New-car buyers would do well to spend less time looking under the hood and more time examining all the technology in a vehicle. Of course, the powertrain still matters, but more important is how the driver and vehicle occupants interact with today's increasingly sophisticated automobiles. To help new-car shoppers navigate available in-car features, Kelley Blue Book named the 10 Best Automotive Technologies of 2018.
"Where driving dynamics, comfort and safety are concerned, modern vehicles are steadily marching down a path toward parity. As such, technology has blossomed into one of the last great differentiators amongst competing models," said Michael Harley, group managing editor for Kelley Blue Book. "The tech we've identified as the best for 2018 should be considered when searching for your next new vehicle. Regardless of price point, it shouldn't be too difficult to find a vehicle with most of them – and they're all very helpful."
Technology could be just the thing to convince a carless household to buy a vehicle! Dealerships can target 15% of Americans who do not own or drive vehicles, according to new research from the AudienceSCAN survey.
10 Best Automotive Technologies of 2018 from Kelley Blue Book
Connected Mobile Apps: Most carmakers offer some sort of connected smartphone app, but some are better than others. Look for one that lets the owner remotely lock and unlock the doors, check the status of things like fuel and tire pressure, and even remotely start the car to warm things up on a cold winter's morning.
Teen Driver Technology: Many cars have some kind of teen driver limitations built in that can notify parents if the car is driven over a certain speed, disable the stereo if seatbelts aren't used, and even keep the stereo from being turned up past level 7 — never mind full blast! Chevrolet's Teen Driver feature also offers a Report Card that will tell parents if safety systems like ABS or forward collision alert have been triggered while Junior was behind the wheel.
The new AudienceSCAN survey revealed 10% of the Carless audiences has teenagers living at home. Teens could be the driving force toward purchasing a vehicle.
Adaptive Cruise Control: By using an array of sensors built into the car, adaptive cruise control can match the speed of the car ahead, meaning drivers don't need to be constantly hitting the gas and brake in highway traffic.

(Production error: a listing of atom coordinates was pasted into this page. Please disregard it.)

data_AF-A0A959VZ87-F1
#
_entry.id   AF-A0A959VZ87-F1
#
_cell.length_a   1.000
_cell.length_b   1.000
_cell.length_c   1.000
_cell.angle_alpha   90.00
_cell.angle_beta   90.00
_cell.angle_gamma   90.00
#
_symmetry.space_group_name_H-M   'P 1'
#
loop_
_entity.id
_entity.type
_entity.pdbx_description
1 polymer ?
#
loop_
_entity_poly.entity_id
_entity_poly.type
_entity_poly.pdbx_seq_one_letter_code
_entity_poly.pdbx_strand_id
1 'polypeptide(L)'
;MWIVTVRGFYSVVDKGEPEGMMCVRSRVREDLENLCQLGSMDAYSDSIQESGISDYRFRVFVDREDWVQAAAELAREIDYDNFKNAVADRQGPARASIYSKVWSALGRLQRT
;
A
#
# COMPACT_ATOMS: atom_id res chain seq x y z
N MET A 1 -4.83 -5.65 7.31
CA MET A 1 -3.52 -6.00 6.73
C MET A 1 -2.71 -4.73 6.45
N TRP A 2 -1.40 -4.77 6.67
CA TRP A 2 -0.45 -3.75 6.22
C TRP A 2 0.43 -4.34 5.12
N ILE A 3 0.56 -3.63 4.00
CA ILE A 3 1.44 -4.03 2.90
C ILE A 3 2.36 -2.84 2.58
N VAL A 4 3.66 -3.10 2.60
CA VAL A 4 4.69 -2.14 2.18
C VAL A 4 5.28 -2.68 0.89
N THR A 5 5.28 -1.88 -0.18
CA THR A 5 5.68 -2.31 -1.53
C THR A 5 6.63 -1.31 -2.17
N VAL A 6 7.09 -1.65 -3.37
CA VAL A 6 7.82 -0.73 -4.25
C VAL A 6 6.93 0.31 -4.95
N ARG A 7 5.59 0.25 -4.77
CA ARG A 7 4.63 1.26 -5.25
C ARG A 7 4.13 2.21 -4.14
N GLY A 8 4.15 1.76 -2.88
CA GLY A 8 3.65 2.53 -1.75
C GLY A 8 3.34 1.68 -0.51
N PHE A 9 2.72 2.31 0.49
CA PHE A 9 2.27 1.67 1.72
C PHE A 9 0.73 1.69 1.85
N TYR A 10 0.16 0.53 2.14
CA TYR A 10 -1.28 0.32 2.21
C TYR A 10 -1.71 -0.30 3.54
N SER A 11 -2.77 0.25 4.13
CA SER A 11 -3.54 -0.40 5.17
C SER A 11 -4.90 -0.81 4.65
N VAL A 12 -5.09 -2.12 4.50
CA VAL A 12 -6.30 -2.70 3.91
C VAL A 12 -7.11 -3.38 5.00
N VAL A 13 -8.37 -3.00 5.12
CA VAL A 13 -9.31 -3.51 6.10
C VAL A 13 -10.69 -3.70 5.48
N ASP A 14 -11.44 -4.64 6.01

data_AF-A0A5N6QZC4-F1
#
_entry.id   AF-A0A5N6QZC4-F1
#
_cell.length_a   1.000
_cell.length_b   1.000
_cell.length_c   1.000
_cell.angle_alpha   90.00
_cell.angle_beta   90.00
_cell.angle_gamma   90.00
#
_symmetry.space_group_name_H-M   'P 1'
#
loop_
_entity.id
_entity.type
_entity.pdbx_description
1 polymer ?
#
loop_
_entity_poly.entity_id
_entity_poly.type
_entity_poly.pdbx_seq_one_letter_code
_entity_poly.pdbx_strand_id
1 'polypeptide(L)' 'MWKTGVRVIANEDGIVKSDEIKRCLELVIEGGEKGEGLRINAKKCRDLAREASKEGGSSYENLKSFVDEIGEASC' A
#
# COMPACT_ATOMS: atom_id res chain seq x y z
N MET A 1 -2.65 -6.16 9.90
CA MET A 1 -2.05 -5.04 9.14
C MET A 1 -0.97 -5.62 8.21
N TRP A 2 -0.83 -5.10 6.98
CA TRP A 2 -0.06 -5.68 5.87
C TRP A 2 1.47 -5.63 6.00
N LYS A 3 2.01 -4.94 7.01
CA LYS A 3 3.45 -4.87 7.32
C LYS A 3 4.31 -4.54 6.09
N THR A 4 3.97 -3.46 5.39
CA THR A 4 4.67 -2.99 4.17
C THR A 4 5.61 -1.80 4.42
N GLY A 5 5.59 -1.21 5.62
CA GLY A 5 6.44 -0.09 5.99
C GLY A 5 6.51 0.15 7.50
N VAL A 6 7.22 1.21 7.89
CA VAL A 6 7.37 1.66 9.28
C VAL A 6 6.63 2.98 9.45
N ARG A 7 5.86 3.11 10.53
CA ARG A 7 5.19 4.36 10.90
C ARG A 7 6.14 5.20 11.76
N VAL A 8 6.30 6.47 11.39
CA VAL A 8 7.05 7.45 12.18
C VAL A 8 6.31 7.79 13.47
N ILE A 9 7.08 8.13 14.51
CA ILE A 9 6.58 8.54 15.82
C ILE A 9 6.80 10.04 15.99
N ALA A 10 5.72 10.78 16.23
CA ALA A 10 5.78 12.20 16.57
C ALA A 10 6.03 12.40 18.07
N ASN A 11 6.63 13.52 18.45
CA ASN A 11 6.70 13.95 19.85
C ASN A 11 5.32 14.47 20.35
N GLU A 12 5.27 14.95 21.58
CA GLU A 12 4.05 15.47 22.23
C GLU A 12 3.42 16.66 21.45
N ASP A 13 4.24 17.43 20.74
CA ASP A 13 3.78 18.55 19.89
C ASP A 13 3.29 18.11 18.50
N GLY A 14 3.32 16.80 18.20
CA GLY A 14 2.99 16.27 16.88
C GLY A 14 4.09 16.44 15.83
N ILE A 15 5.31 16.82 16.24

LED/Xenon Headlights: Headlights are the only thing between drivers and a crash when driving at night, so Kelley Blue Book thinks better headlight tech is essential. Whether it's LED bulbs that never need replacing or older but still-excellent xenon systems, illuminating the road is the best way to avoid nighttime collisions. Many luxury cars have "swiveling" bulbs that turn with the road to illuminate around corners, while auto-high beam systems will keep the vehicle from blinding other drivers, while maximizing the view of the driver's surroundings.
Apple CarPlay/Android Auto: Plug in a smart phone and it takes over that big screen, replacing it with something that looks a lot more familiar and easy to use. Basically every manufacturer (except Toyota/Lexus) has promised support for at least one or both Apple and Google's systems, but not all trim levels will support them. Make sure to verify the car has the right options, and that it matches the preferred mobile devices.
USB Ports: A car full of people is a car full of devices, and everyone needs to keep their battery topped up. So, check and see how many USB ports the car has. Pretty much every new car comes with one or two, but some — like the Chrysler Pacifica, which has nine (in a minivan that only holds seven passengers) — come with many more than that.
Dealers can talk to carless consumers about these features through radio spots. The new AudienceSCAN study found 31% of them took action after hearing radio (over-the-air, online, mobile or tablet) commercials in the past year.
Rear Cross-Traffic Alert: Thanks to sensors built into the rear of the car, the system can alert the driver to approaching vehicles, shopping carts, or pedestrians who might wander behind the vehicle without the operator noticing.
Lane Departure Warning: Lane departure warning systems use cameras to determine if a car has drifted across a marked lane line, giving a visual or audible notification (or even a vibration through the seat or steering wheel) that the driver moved too far out of the lane.
Automatic Emergency Braking: Automatic Emergency Braking or AEB uses a variety of sensors to determine if a forward collision is imminent and automatically applies the brakes to diminish the severity or avoid a crash entirely.
TV can reach the carless and inform them of helpful tech options. The new AudienceSCAN data reported 48% of this audience took action after watching TV commercials in the past year.
360-Degree Camera: By combining cameras on every side of the car with some clever computing power, the car's display can show a virtual top-down view of the vehicle's surroundings. The systems are getting cheaper and cheaper, and are available on even moderately priced cars these days.